This article is cross-posted from guest contributor Katherine Forster’s blog ‘dandelions and concrete‘.
Have you ever wondered about the value of storm water management ponds? How they stack up against more natural areas and whether they can support the same type of wildlife that a natural pond would? There have been some interesting observations discovered by the Department of Biology at Carleton University regarding this question. A study that used ponds as an open-air laboratory for research into urban ecology has concluded that these man-made water facilities can support fish life and do not create a boggy haven for mosquitos as some might fear.
Here are the conclusions from the study as described from the online summary:
This project investigated the biodiversity of urban water bodies used for storm water management in Ottawa, Canada. Preliminary findings suggest that some of these managed water bodies contain similar levels of biodiversity to unmanaged, “natural” water bodies, although there are a number of highly degraded managed sites with very low biodiversity. The presence of fish in 10 out of 20 managed ponds suggests relatively healthy ecosystems. Analysis of mosquito monitoring data suggests that the presence of managed water bodies does not affect the number of mosquitoes in an area. In conclusion, urban ponds can contribute ecosystem services including storm water management and biodiversity without increases in insect disease vectors.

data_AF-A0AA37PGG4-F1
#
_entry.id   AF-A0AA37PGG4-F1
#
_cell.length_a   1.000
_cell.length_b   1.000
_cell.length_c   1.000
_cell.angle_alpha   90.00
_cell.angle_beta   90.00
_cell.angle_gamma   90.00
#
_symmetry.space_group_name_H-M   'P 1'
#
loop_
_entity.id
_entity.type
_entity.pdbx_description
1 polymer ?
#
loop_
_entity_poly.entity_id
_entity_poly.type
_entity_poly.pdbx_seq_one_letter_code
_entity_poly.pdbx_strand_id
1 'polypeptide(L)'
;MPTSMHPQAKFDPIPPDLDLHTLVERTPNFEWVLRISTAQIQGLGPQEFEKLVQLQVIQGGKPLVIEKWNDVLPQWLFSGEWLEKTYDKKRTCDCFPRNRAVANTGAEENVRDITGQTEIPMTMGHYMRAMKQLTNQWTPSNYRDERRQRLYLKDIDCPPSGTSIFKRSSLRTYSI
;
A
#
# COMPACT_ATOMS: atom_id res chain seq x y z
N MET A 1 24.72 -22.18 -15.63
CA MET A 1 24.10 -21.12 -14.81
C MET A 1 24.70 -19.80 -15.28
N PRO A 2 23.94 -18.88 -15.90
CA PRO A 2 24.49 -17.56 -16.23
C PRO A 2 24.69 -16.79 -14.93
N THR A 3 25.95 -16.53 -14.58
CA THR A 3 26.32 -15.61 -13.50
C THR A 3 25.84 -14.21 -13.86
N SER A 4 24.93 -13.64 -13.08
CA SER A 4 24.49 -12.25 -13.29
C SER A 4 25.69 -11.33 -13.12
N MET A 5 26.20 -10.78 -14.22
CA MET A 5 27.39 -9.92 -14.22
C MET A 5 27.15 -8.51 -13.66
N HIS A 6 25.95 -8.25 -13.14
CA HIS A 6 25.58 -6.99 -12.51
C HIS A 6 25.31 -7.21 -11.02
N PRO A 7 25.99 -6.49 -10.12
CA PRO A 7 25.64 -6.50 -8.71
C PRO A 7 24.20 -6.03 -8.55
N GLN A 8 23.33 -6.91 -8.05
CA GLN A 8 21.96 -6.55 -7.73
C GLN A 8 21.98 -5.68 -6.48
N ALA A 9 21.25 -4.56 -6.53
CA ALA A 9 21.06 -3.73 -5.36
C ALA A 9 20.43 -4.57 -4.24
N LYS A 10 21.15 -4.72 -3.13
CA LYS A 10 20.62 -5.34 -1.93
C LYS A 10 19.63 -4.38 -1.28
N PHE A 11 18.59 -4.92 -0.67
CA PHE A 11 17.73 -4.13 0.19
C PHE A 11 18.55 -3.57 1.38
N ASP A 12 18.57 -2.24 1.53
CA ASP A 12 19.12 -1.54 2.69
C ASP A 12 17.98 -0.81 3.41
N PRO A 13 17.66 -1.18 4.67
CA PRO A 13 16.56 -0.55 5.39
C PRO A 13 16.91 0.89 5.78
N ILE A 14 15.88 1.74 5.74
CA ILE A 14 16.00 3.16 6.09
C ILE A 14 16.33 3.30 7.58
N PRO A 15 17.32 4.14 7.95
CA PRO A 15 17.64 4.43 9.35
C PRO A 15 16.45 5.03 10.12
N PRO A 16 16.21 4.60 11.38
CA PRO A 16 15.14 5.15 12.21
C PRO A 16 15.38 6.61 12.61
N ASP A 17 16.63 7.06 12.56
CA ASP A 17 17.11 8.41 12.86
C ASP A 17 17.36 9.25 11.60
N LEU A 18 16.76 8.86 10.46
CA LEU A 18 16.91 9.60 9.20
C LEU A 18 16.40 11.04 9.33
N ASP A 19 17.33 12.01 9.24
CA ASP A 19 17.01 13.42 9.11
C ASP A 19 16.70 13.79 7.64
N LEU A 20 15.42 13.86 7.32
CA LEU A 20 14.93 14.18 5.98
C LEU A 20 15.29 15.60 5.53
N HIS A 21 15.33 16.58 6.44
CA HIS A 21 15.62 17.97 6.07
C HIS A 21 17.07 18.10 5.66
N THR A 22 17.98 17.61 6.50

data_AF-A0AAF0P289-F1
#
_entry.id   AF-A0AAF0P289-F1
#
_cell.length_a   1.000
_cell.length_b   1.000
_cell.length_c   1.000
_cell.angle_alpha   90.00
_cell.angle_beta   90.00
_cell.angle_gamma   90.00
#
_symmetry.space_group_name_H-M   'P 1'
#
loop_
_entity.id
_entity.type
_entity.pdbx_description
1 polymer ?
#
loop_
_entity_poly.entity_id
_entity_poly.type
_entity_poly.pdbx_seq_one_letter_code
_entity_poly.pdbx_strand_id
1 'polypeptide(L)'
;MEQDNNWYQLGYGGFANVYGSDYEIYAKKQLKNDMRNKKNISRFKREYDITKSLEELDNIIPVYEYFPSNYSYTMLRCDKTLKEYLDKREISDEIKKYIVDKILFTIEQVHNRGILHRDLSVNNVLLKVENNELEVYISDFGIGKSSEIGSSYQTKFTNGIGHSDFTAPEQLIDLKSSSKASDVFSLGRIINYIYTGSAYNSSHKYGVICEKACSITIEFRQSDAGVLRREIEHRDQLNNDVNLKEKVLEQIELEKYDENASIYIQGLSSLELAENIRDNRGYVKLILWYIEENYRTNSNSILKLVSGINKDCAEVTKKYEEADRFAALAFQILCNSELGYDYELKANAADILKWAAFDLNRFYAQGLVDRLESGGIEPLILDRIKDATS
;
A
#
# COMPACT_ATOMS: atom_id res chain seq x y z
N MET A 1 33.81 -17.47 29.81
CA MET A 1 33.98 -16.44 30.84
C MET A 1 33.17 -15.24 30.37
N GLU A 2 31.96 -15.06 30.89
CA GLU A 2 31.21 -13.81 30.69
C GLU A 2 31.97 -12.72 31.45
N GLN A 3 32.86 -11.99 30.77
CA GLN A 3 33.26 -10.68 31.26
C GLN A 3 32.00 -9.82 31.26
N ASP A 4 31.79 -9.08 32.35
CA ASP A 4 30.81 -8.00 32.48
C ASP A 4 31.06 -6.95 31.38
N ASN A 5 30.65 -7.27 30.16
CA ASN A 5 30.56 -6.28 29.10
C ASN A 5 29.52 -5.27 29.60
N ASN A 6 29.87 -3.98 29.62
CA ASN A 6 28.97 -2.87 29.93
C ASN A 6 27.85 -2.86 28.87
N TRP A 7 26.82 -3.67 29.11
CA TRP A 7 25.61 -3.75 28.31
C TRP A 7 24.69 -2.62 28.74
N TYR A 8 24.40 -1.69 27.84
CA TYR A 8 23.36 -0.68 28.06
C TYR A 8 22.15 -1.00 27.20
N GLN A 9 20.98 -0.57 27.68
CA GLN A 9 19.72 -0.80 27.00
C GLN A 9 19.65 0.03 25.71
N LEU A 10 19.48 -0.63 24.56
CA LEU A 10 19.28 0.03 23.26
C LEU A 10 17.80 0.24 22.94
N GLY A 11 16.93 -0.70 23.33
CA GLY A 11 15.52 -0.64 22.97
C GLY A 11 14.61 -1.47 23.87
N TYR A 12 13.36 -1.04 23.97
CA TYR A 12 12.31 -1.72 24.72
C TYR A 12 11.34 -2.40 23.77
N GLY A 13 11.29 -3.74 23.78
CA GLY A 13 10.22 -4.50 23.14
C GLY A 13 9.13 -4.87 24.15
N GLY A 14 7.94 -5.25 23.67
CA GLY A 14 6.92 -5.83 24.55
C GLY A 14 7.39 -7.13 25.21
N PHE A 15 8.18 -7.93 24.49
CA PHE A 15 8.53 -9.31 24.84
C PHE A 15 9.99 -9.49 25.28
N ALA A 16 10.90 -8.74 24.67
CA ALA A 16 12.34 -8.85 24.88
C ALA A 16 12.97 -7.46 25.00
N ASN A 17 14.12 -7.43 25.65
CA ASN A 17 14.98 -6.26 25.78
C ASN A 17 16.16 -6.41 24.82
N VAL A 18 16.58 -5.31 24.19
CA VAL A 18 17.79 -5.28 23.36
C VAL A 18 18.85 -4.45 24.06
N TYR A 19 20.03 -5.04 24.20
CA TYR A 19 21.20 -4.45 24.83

This shows that these storm water facilities can provide the same ecological features that a pond can and support a biodiverse community of flora and fauna. Great news!
Image Credit: K. Forster